I shall look around for a high vis vest for myself, and I will wear it in the hopes that it will prevent such an horrific accident happening to my horse and myself. I can only imagine what that sort of accident would do to my kids hearts.:(
     
  14. abi

    abi Well-known Member

    its a shame its taken a tragic accident for people to realise how important Hi-viz gear is....being from the UK , its second nature for me to put on Hi-viz gear
     
  15. NaeNae87

    NaeNae87 Well-known Member

    I got all mine (exercise sheet, boots, breastplate, nose band cover, tail wrap and a vest for me) for under $100 AUD. All of it is hi viz and reflective. The tail wrap even has flashing lights on it. Now the days are shorter and I am at a different Agistment centre I am finding myself using it more and more.
    I love being more visible to motorists, especially in light of what happened. Any way I can decrease the likelihood of one of my horses being hit by a car, I am gonna do it.
    My thoughts are with the riders and families that were affected by the tragic accident on the othe day. I cannot imagine how they must be feeling. It's sad that something like this has to happen to make people aware of the importance of being visible while riding on the roads.
     
  16. izzy2512

    izzy2512 Gold Member

  17. baldivis royal

    baldivis royal New Member

    great job Maree4 no chance of missing you out there. the accident happened on a dead end road, they were hit near the dead end
     
  18. Wendy

    Wendy Well-known Member

    These were my horses and riders and I have been on here many times complaining of drivers in the Dog Hill and Haines Road area.

    Two ladies rode their lease horses out to the back paddock to get ponies I needed for the next days lessons. They were returning down Haines Rd leading the ponies about 5.45 when they saw a small truck speeding up behind them and at the last minute realised he wasn't going to slow down but could not get the ponies off the road because it is very narrow.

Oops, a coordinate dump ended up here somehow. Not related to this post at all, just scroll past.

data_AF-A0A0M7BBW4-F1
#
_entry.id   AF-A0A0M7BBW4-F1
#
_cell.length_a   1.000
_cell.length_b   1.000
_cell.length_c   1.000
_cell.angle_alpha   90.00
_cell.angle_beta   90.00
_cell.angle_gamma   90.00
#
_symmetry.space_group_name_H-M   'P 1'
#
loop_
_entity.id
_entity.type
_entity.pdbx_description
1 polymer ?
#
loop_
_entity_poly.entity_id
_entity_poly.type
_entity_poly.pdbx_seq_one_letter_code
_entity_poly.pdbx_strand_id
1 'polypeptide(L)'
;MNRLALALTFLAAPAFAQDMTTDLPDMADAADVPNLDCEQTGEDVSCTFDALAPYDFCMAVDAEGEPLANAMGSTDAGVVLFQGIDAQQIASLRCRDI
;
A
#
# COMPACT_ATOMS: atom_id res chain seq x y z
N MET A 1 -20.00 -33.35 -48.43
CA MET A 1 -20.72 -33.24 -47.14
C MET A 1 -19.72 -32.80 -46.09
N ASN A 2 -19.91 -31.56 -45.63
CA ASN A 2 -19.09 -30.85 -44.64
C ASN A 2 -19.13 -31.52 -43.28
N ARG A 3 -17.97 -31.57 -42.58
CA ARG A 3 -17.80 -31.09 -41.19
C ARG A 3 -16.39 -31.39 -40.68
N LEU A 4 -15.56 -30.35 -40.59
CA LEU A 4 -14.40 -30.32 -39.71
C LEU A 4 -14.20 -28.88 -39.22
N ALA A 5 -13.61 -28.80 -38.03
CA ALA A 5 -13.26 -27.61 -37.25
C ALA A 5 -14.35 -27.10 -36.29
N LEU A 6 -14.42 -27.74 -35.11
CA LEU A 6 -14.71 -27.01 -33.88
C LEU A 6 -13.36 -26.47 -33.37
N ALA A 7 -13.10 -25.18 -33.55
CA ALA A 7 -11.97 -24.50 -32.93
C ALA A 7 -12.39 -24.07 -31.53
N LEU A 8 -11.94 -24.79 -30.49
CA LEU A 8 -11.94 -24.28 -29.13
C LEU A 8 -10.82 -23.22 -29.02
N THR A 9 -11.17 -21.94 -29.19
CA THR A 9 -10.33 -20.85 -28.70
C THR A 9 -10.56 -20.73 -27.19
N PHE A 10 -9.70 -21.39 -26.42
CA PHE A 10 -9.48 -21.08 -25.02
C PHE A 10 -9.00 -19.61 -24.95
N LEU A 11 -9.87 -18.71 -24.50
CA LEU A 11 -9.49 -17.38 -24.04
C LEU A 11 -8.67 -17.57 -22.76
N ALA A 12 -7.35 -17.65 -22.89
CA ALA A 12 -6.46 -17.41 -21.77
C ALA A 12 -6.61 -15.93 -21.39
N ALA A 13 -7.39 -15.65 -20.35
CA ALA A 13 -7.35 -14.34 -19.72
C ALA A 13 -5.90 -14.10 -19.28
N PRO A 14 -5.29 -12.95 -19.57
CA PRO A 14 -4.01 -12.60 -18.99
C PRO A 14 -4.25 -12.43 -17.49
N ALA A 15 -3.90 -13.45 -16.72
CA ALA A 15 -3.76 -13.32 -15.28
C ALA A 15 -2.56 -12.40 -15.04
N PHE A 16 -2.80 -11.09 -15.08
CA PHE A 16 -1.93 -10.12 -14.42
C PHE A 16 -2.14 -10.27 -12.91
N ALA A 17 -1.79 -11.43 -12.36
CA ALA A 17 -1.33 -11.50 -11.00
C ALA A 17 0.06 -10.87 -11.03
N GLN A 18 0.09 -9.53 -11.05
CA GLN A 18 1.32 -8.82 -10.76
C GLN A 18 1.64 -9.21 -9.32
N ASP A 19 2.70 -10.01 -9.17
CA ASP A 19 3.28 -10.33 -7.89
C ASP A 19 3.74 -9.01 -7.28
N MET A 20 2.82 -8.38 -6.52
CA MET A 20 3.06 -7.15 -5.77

They were stationary and on the left when he hit them going about 80kms per hour. One pony was killed outright and one rider and her horse were knocked over the fence into the paddock. She was badly injured, spinal fractures, collarbone, ribs, coccyx, and her horse has a possible broken pelvis.

    The other rider was thrown to the ground and received shoulder and arm injuries. Her horse died the following morning from internal injuries.

    The vehicle was written off and the driver was shaken, he is a Baldivis local resident and was formerly employed by the injured woman in a local business.

    The ambulance was there by 6 and stabilised the badly injured woman and took her to RPH, but the police didn't arrive until nearly an hour later, due to lack of officers in the area.
    The driver was taken to the police station. He did not brake at all and although the sun had gone down, it was not yet dark. The road is not a dead end, but is used by many people as a shortcut from Dog Hill to Mundijong Roads.
    In fact young James was killed almost in the same place, by a truck a couple of years ago. Also a local person and a vehicle driven by a local.

    Just sorting out a few facts as people everywhere are making rash statements.

    And although vests etc are great, they are not compusory as far as I know. Drivers around here are idiots, these are just country lanes with a bit of bitumen thrown on them. They were never designed for high speeds being used on them.
     
  19. Diesel91

    Diesel91 Well-known Member

    I drove down this road yesterday and saw the huge pools of blood :( i am so sorry for the riders and horses involved. I was studying the road and even if it was dark i just cannot work out how he would not have seen them next to the road... My lights were lighting up every part of the road and i certainly would have noticed horses or any other person/bike etc for that matter whether in hi vis or not. Nobody will ever know what the driver was doing... could have been looking down at his phone, not watching the road, falling asleep etc so there is no point in speculating over that. Im really sorry for your loss Wendy and the girls involved. Hopefully something can be done in regards to teaching driver awareness about livestock as people just have no idea :(:(
     
  20. Ren

    Ren Well-known Member

    i must admit i had never really thought about wearing hi vis when riding out (my bad!!) but naughty i ride on the side where the traffic is coming at me so horse can see them coming without them speeding up my butt!!! but do believe ALOT of it is from lack of education about livestock with the drivers not necessarily horse or rider faults